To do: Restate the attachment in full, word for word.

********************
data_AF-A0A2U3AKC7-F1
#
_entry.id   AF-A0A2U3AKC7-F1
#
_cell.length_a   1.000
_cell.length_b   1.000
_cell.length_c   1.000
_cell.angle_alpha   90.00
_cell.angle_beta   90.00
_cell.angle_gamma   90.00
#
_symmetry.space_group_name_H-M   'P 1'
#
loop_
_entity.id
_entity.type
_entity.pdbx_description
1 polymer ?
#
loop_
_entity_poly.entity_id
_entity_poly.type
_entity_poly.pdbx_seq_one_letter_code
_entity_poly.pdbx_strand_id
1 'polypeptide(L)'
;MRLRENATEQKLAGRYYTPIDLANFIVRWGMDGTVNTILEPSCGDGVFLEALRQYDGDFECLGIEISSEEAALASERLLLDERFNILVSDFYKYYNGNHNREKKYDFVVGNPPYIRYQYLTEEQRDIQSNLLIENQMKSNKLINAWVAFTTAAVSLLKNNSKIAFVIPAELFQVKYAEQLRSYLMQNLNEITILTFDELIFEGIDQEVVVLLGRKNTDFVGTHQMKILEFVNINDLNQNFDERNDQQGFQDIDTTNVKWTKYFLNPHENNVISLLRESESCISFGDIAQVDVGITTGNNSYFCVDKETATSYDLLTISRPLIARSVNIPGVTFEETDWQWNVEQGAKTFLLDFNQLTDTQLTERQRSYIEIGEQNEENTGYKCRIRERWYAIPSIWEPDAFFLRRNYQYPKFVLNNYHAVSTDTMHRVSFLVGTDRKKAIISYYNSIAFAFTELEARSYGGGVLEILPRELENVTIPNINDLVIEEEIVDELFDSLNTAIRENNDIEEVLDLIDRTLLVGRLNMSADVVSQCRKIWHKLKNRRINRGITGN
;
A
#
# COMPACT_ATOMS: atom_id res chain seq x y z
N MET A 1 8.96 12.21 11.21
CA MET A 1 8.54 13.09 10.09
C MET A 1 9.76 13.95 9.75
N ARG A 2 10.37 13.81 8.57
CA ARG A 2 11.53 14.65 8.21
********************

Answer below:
data_AF-A0A2U3AKC7-F1
#
_entry.id   AF-A0A2U3AKC7-F1
#
_cell.length_a   1.000
_cell.length_b   1.000
_cell.length_c   1.000
_cell.angle_alpha   90.00
_cell.angle_beta   90.00
_cell.angle_gamma   90.00
#
_symmetry.space_group_name_H-M   'P 1'
#
loop_
_entity.id
_entity.type
_entity.pdbx_description
1 polymer ?
#
loop_
_entity_poly.entity_id
_entity_poly.type
_entity_poly.pdbx_seq_one_letter_code
_entity_poly.pdbx_strand_id
1 'polypeptide(L)'
;MRLRENATEQKLAGRYYTPIDLANFIVRWGMDGTVNTILEPSCGDGVFLEALRQYDGDFECLGIEISSEEAALASERLLLDERFNILVSDFYKYYNGNHNREKKYDFVVGNPPYIRYQYLTEEQRDIQSNLLIENQMKSNKLINAWVAFTTAAVSLLKNNSKIAFVIPAELFQVKYAEQLRSYLMQNLNEITILTFDELIFEGIDQEVVVLLGRKNTDFVGTHQMKILEFVNINDLNQNFDERNDQQGFQDIDTTNVKWTKYFLNPHENNVISLLRESESCISFGDIAQVDVGITTGNNSYFCVDKETATSYDLLTISRPLIARSVNIPGVTFEETDWQWNVEQGAKTFLLDFNQLTDTQLTERQRSYIEIGEQNEENTGYKCRIRERWYAIPSIWEPDAFFLRRNYQYPKFVLNNYHAVSTDTMHRVSFLVGTDRKKAIISYYNSIAFAFTELEARSYGGGVLEILPRELENVTIPNINDLVIEEEIVDELFDSLNTAIRENNDIEEVLDLIDRTLLVGRLNMSADVVSQCRKIWHKLKNRRINRGITGN
;
A
#
# COMPACT_ATOMS: atom_id res chain seq x y z
N MET A 1 8.96 12.21 11.21
CA MET A 1 8.54 13.09 10.09
C MET A 1 9.76 13.95 9.75
N ARG A 2 10.37 13.81 8.57
CA ARG A 2 11.53 14.65 8.21